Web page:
Graeme Anderson’s match report: Super Sunderland’s thrash mettle

Sunderland manager Paolo Di Canio (centre) celebrates with players and staff after David Vaughan (far right) scores his side's third goal of the game during the Barclays Premier League match at St James' Park.

Sunderland manager Paolo Di Canio (centre) celebrates with players and staff after David Vaughan (far right) scores his side's third goal of the game during the Barclays Premier League match at St James' Park.

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VENI. Vidi. Vici!

Paolo Di Canio probably won’t thank anyone for comparing him to Roman leaders right now.

But Julius Caesar’s fabled phrase somehow fitted perfectly on a day when the 44-year-old Italian came, saw and conquered at St James’s Park.

It was a victory for firm and unwavering leadership – the jut-jawed head coach having been meticulous in the preparation of his players, even down to standing at the exit doorway of the team bus to slap each player on the back as they ran the gauntlet of the away support underneath the main stand.

His predecessor, Martin O’Neill, lost neither of the derbies he was involved in, but nor did he win one.

And yesterday’s thumping victory, you felt, was only accomplished because of the new man’s brio – his players reflecting his vivacity and confidence going into the game, despite having so many odds set against them.

They had the weight of history of course – just one win for Sunderland in the last 16 derby encounters – a shockingly bad record which several previous Black Cats sides could be ashamed of.

But they also had the disadvantage of form after a winless run extending to nine games going into yesterday’s match, while Newcastle had the momentum of three home wins in their previous four on Tyneside.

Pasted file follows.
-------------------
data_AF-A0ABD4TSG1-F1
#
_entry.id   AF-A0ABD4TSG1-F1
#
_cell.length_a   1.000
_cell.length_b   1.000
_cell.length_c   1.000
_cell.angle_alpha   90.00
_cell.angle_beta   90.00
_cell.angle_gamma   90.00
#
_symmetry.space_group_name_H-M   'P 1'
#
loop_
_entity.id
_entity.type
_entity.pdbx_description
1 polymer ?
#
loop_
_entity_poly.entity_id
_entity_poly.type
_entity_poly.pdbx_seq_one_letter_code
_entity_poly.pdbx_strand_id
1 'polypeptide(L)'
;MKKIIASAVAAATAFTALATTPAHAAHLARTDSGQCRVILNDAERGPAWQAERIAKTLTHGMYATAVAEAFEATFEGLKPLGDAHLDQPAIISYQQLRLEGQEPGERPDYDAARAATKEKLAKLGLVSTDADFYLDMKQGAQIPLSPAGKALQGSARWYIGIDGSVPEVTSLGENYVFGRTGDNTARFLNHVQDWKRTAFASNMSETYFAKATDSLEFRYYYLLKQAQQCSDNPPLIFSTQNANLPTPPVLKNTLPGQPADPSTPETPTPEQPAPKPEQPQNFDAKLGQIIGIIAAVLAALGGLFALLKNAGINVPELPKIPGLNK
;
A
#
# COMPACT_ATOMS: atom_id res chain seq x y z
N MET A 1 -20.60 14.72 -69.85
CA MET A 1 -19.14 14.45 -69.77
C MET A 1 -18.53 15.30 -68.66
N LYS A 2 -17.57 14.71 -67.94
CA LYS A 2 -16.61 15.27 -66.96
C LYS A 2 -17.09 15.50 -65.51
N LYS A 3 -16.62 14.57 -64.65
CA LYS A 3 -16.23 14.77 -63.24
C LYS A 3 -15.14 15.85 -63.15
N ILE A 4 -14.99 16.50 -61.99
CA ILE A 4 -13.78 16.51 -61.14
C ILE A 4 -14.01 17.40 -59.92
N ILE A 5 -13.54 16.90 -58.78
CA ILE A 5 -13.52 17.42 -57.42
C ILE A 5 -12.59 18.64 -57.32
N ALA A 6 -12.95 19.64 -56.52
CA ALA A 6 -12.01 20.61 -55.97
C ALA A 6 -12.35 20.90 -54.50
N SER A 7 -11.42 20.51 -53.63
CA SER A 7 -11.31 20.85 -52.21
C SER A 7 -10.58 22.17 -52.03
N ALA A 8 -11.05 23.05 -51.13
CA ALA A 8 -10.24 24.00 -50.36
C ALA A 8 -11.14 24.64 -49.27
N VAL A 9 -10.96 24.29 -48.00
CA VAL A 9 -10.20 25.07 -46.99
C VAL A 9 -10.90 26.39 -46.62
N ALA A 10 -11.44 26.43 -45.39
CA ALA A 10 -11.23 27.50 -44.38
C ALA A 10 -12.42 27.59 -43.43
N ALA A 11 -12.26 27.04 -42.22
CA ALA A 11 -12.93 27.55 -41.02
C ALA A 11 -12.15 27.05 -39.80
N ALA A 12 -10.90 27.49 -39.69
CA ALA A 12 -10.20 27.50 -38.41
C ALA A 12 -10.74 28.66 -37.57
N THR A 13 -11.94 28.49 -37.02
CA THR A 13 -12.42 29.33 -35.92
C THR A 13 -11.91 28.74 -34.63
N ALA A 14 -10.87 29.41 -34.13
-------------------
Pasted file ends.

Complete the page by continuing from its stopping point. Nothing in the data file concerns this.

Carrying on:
On top of that, Sunderland’s small squad – deprived of leading scorer Steven Fletcher and skipper Lee Cattermole already for the rest of the season – was further depleted by the loss of Connor Wickham to injury and Craig Gardner to suspension.

Despite that, and the oppressive atmosphere of a fully fired-up home crowd, Sunderland showed spirit, starting brightly from the very first whistle, when Adam Johnson and Stephane Sessegnon combined to make progress up the right.

Simon Mignolet had to be off his line smartly in the sixth minute to gather a long ball over the top from Mapou Yanga-Mbiwa which Papiss Cisse was in danger of getting to first.

But this was a subdued start from Newcastle and Sunderland were the better side in the opening stages.

Di Canio made three changes to the side which lost to Chelsea – fit-again Carlos Cuellar preferred to Matt Kigallon at centre-half, while James McClean came in for Gardner and the recovered Danny Graham took Wickham’s place.

Much had been made of Tynesider Graham and Wearsider Johnson’s boyhood support of the Magpies, but their performances yesterday in Sunderland shirts gave the lie to that – they were no Michael Chopras.

It was the willing Graham who had good claims for a penalty on the quarter-hour, when Steven Taylor pulled him back by the shirt as he tried to get on the end of Stephane Sessegnon’s rolled pass.